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Glen Andresen's Five Takeaways vs. New Jersey

by Glen Andresen / Minnesota Wild

Wild GameDay

at Anaheim: December  29

at Los Angeles: December 28

vs. St. Louis: December 26

vs. Edmonton: December 23

vs. Colorado: December 21

at Ottawa: December 19

vs. Columbus: December 15

at Vancouver: December 12

at Calgary: December 11

at Colorado: December 9

at Phoenix: December 7
Following Wild games, Managing Editor Glen Andresen will give the five takeaways that he'll remember from each contest. Tonight, he looks back at a 5-3 loss to the New Jersey Devils.

The effort was there for the Minnesota Wild in its 5-3 loss to the New Jersey Devils. The entertainment value was there as well. But for the first time in the franchise’s history, Wild fans got a taste of what it’s like to face a Jacques Lemaire coached team. Like the Wild used to do so many times in his tenure, his new team capitalized on mistakes, benefitted from great goaltending and put the clamps down when it mattered most.

The Wild battled to rally from an early 2-0 deficit, but trying to do that twice against Martin Brodeur is nearly impossible, especially late. The Devils are now 21-0-0 this season when leading after two periods, as they did tonight. Jamie Langenbrunner, the pride of Cloquet, picked up his first career hat trick in 12 NHL seasons. 

Even though he was on the opposing bench, Lemaire had to be proud of the way two of his former players scored goals in this game. With the Wild trailing 2-0, the Devils had an odd-man rush that was broken up by a backchecking Eric Belanger. The play went the other way leading to a three-on-two, and Marek Zidlicky rewarded Belanger for his work by sending a perfect pass that Bella knocked in for his ninth of the season.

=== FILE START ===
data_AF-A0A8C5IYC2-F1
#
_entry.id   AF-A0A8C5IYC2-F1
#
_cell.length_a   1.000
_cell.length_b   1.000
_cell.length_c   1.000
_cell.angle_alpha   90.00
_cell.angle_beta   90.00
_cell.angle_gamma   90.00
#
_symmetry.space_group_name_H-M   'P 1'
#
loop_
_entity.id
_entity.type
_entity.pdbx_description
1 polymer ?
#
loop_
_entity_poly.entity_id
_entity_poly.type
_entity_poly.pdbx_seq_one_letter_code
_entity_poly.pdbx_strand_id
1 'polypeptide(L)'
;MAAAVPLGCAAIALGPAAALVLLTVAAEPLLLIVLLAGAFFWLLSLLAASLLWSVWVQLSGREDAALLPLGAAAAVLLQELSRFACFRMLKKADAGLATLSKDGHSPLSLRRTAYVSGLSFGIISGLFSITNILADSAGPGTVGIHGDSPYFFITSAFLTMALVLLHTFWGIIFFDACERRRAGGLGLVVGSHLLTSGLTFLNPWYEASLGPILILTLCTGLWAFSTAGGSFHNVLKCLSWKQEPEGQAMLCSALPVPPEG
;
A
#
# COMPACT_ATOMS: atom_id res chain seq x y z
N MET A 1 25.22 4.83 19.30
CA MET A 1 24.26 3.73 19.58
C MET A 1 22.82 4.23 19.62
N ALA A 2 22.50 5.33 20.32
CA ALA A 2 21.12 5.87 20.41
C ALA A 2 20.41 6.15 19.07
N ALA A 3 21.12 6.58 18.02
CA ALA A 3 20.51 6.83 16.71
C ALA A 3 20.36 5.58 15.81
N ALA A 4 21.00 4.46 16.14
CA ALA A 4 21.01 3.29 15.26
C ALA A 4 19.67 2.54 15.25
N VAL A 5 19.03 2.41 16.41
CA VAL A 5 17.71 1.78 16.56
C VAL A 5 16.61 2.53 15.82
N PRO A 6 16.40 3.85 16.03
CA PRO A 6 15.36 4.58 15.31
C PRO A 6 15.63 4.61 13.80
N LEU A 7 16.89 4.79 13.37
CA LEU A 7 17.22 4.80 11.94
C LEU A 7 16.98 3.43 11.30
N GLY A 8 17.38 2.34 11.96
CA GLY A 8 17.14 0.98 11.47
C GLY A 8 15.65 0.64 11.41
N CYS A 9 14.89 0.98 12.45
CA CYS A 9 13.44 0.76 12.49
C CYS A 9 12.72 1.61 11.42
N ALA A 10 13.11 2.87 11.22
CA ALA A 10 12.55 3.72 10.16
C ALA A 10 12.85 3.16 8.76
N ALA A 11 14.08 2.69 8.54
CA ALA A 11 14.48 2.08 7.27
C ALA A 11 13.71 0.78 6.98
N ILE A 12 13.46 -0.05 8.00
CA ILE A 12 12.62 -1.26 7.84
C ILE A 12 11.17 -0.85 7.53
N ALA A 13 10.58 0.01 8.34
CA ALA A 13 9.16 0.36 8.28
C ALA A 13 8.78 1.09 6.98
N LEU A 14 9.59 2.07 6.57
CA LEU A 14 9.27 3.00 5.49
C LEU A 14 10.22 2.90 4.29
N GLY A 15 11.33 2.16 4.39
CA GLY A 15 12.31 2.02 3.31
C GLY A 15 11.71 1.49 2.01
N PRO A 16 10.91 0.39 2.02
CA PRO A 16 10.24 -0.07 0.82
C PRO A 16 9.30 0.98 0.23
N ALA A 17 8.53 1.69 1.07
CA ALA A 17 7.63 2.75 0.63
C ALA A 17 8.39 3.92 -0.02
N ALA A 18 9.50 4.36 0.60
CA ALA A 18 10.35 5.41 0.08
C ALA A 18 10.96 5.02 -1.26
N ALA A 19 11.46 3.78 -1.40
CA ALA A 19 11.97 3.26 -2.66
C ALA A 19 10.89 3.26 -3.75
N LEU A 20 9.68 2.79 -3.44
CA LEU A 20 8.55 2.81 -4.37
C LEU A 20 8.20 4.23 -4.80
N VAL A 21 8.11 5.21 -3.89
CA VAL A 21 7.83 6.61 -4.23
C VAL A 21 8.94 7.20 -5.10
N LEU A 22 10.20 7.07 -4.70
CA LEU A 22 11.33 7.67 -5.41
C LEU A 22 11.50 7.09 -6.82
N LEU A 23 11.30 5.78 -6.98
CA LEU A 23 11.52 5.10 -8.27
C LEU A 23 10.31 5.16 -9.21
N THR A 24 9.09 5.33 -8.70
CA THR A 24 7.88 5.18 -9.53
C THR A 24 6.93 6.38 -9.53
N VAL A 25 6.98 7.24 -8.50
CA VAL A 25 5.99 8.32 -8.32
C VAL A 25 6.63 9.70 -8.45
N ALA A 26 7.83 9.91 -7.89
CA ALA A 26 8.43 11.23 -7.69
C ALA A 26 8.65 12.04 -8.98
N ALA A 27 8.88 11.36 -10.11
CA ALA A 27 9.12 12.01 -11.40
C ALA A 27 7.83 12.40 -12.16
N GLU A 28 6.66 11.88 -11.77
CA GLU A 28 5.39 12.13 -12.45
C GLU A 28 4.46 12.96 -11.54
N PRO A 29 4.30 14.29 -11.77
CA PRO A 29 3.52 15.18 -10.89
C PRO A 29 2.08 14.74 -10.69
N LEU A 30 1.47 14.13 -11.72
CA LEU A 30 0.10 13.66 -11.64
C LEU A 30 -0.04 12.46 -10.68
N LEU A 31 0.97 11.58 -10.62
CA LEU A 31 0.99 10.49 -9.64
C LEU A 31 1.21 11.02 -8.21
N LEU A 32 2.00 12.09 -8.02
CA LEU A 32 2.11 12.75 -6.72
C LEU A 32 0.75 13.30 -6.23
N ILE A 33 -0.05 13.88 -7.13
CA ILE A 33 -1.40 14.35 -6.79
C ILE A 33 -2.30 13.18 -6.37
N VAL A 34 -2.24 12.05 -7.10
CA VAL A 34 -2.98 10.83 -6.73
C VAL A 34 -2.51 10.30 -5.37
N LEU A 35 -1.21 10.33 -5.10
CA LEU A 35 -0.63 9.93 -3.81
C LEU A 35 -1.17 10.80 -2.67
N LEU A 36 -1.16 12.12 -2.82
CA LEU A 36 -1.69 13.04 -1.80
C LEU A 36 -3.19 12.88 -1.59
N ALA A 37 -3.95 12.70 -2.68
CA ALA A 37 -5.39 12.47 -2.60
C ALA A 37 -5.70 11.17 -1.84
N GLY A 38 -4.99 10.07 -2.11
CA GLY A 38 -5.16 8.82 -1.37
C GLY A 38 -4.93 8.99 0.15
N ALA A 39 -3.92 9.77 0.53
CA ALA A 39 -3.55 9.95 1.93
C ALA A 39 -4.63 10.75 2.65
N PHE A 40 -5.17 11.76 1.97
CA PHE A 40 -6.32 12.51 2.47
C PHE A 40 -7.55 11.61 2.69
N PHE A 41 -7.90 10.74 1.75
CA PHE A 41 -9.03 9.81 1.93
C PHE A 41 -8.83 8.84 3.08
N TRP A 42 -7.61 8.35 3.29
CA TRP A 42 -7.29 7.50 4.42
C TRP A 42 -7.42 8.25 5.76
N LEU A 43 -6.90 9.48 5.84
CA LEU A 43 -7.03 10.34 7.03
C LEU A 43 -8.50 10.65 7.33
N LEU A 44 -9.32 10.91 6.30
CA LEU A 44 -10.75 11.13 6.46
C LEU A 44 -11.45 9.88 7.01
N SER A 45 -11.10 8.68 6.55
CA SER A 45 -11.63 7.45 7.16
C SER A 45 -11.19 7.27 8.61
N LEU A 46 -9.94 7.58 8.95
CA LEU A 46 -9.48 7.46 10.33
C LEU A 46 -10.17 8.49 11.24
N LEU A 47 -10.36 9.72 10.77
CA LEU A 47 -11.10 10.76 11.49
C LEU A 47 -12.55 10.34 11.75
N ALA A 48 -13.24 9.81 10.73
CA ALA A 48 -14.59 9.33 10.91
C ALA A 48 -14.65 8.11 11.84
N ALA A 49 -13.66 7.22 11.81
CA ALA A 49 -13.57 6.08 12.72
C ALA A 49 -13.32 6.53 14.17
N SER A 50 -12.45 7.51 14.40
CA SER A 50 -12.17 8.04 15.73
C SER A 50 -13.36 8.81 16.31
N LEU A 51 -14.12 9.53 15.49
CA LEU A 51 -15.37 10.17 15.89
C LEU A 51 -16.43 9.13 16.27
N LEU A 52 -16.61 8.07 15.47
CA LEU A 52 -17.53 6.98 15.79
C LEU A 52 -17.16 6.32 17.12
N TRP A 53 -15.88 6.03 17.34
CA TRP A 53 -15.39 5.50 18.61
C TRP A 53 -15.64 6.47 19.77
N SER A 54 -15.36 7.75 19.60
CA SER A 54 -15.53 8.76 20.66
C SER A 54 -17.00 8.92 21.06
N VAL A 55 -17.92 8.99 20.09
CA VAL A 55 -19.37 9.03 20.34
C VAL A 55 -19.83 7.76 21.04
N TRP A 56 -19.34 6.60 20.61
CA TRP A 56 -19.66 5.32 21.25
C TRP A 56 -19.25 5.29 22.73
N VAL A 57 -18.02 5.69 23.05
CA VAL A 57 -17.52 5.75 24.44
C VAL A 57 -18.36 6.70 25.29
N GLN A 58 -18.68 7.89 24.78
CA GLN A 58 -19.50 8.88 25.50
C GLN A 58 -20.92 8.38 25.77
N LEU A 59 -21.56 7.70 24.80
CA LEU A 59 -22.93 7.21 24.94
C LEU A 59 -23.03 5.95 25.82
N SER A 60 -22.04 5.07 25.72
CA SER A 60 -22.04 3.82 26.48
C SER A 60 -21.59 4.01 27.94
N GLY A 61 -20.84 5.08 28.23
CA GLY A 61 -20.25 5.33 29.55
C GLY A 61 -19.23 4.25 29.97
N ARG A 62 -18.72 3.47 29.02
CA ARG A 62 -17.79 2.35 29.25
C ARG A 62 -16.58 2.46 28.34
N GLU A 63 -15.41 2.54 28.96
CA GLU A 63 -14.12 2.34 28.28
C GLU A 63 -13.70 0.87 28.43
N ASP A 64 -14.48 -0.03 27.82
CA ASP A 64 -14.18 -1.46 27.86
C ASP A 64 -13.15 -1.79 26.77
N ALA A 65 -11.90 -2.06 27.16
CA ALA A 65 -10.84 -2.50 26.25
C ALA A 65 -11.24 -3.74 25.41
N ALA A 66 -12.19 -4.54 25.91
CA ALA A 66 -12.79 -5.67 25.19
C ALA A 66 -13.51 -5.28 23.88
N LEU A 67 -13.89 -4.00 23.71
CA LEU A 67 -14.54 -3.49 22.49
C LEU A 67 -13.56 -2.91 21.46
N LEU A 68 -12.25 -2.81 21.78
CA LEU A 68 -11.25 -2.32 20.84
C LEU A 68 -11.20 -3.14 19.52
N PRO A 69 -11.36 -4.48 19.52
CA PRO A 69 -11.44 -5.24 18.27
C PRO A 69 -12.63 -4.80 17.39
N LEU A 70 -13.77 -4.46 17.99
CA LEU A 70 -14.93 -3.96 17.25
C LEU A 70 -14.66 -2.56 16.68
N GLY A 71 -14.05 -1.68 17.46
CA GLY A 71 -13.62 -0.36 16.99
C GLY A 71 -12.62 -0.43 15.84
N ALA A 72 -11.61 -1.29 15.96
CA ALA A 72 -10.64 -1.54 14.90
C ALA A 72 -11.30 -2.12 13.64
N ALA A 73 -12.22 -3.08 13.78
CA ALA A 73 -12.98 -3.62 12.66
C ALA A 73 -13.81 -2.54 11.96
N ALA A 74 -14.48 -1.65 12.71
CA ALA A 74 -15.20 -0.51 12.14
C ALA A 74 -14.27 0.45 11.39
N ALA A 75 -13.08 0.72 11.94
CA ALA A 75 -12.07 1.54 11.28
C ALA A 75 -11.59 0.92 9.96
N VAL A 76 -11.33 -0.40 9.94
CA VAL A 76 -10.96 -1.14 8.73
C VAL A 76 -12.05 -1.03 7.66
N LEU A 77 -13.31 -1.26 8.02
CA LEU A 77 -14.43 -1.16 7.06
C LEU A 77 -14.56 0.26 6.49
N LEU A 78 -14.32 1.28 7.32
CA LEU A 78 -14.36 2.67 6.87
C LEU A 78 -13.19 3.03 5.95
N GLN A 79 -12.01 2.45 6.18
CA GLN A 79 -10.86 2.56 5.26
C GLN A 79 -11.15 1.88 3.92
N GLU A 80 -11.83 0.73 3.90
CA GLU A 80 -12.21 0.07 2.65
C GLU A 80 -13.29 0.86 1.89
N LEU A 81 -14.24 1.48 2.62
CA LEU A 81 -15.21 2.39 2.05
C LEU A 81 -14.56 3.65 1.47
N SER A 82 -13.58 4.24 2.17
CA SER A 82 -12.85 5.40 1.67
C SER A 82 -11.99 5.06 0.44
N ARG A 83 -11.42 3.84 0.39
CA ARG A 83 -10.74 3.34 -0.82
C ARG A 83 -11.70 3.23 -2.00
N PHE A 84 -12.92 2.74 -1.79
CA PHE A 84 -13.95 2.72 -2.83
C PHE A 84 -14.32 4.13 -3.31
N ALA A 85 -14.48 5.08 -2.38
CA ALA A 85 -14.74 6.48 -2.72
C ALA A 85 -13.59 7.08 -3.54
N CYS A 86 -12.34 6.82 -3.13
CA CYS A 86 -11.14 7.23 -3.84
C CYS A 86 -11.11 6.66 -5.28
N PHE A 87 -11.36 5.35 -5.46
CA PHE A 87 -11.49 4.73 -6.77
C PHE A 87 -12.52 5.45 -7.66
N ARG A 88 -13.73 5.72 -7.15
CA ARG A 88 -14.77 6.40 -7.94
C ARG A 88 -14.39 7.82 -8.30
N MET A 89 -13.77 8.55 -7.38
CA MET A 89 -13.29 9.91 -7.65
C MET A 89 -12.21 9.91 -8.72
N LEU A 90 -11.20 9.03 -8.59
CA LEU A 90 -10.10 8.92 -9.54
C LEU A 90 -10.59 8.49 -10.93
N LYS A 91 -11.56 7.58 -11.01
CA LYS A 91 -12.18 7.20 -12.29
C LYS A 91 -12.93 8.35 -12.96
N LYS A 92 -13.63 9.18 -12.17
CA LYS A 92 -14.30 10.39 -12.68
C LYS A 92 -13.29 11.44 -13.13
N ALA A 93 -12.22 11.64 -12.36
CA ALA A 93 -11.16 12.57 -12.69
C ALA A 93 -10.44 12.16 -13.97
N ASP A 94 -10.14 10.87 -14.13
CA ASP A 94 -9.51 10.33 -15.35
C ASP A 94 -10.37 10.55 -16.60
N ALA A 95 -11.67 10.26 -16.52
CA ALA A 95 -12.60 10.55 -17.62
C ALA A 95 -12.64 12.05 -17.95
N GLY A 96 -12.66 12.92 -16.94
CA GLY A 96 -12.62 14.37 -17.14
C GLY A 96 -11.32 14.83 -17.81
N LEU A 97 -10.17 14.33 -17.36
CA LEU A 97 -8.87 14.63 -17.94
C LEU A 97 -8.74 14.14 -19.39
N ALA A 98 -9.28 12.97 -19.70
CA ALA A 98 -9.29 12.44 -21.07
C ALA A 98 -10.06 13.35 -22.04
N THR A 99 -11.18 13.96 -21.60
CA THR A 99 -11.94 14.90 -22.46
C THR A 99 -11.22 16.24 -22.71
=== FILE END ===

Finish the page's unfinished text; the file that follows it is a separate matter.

The Wild’s second goal was the seventh shorthanded goal of Mikko Koivu’s career, tying him for second on the all-time Wild list with Brian Rolston. Koivu also made a great play to break up a Devils chance in the Wild zone, and then raced up the ice to finish the rush.

To truly appreciate Martin Brodeur, you have to actually watch him. With him spending his entire career in the Eastern Conference, we don’t often see him, but he’s happy to provide a reminder of why he’s so good when we do. Brodeur kept the Wild off the scoreboard in a first period that the Wild dominated. The Wild had almost every scoring chance, but Brodeur was there at every turn.

Even the goals the Wild did score were like pulling teeth. Brodeur robbed Koivu on his first shot before the Wild captain was able to put the rebound home. Andrew Brunette had to resort to deflecting one in off his face shield to pull Minnesota within one late in the third. Brodeur is 37 and appears to have many good years ahead of him, but it’s possible this may have been his last appearance at the Xcel Energy Center. His 29-save performance was another memorable one for those that saw it.

The overflow sellout crowd of 19,155 was the Wild’s biggest regular season crowd since 19,398 on October 2, 2005 – the first home game after the yearlong work stoppage. It was the largest overall crowd since a throng of 19,364 watched the Wild take on the Avalanche in a playoff game on April 17, 2008.

No doubt many were on hand to pay homage to Lemaire, and they got their chance to give him a standing ovation following a video tribute before the opening puck drop. Lemaire said he didn’t see the tribute, “but I could hear the fans. I thought it was neat. I thought it was nice. That, I enjoyed.

What I miss most about Jacques Lemaire is his ability to amuse himself, and reporters. At today’s morning skate, Lemaire offered a couple gems, including this one when he was asked about his style of play compared to the other teams in the League:

“As far as I know, they are trying to score in the other zone. The guys that don’t have the same sweaters, the goalie that doesn’t have the same sweater, they are trying to score on this guy. And prevent goals on their goalie.”

Of course, his best quote came after a game where his team won and scored five goals.

“It was that terrible, a bad game. Just a bad game. No puck control and no good thinking. We turned the puck over many, many times.”
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